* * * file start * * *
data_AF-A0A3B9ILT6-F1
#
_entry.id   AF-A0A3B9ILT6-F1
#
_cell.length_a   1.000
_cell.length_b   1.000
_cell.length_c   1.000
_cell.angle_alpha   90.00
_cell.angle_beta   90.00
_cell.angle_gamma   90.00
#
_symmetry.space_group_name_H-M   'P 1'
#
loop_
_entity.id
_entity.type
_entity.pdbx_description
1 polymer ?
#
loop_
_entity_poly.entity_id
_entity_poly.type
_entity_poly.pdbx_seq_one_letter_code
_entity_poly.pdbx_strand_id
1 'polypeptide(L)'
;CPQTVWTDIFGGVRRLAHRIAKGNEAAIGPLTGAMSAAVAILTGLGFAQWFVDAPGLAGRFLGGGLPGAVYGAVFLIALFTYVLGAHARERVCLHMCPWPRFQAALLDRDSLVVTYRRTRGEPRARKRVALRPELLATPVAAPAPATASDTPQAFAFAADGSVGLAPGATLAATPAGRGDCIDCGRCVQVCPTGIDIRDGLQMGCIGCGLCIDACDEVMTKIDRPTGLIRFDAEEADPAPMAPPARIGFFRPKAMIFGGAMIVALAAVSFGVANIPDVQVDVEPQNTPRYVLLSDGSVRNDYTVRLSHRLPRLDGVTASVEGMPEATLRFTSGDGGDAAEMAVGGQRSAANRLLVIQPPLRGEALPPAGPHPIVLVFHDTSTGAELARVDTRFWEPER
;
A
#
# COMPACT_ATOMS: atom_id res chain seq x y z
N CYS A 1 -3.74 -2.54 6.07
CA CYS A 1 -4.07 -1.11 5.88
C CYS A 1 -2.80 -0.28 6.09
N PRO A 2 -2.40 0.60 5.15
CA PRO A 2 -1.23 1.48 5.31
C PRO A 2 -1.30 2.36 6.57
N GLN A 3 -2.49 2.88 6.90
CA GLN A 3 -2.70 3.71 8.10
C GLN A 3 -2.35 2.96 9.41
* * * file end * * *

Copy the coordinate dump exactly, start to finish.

data_AF-A0A3B9ILT6-F1
#
_entry.id   AF-A0A3B9ILT6-F1
#
_cell.length_a   1.000
_cell.length_b   1.000
_cell.length_c   1.000
_cell.angle_alpha   90.00
_cell.angle_beta   90.00
_cell.angle_gamma   90.00
#
_symmetry.space_group_name_H-M   'P 1'
#
loop_
_entity.id
_entity.type
_entity.pdbx_description
1 polymer ?
#
loop_
_entity_poly.entity_id
_entity_poly.type
_entity_poly.pdbx_seq_one_letter_code
_entity_poly.pdbx_strand_id
1 'polypeptide(L)'
;CPQTVWTDIFGGVRRLAHRIAKGNEAAIGPLTGAMSAAVAILTGLGFAQWFVDAPGLAGRFLGGGLPGAVYGAVFLIALFTYVLGAHARERVCLHMCPWPRFQAALLDRDSLVVTYRRTRGEPRARKRVALRPELLATPVAAPAPATASDTPQAFAFAADGSVGLAPGATLAATPAGRGDCIDCGRCVQVCPTGIDIRDGLQMGCIGCGLCIDACDEVMTKIDRPTGLIRFDAEEADPAPMAPPARIGFFRPKAMIFGGAMIVALAAVSFGVANIPDVQVDVEPQNTPRYVLLSDGSVRNDYTVRLSHRLPRLDGVTASVEGMPEATLRFTSGDGGDAAEMAVGGQRSAANRLLVIQPPLRGEALPPAGPHPIVLVFHDTSTGAELARVDTRFWEPER
;
A
#
# COMPACT_ATOMS: atom_id res chain seq x y z
N CYS A 1 -3.74 -2.54 6.07
CA CYS A 1 -4.07 -1.11 5.88
C CYS A 1 -2.80 -0.28 6.09
N PRO A 2 -2.40 0.60 5.15
CA PRO A 2 -1.23 1.48 5.31
C PRO A 2 -1.30 2.36 6.57
N GLN A 3 -2.49 2.88 6.90
CA GLN A 3 -2.70 3.71 8.10
C GLN A 3 -2.35 2.96 9.41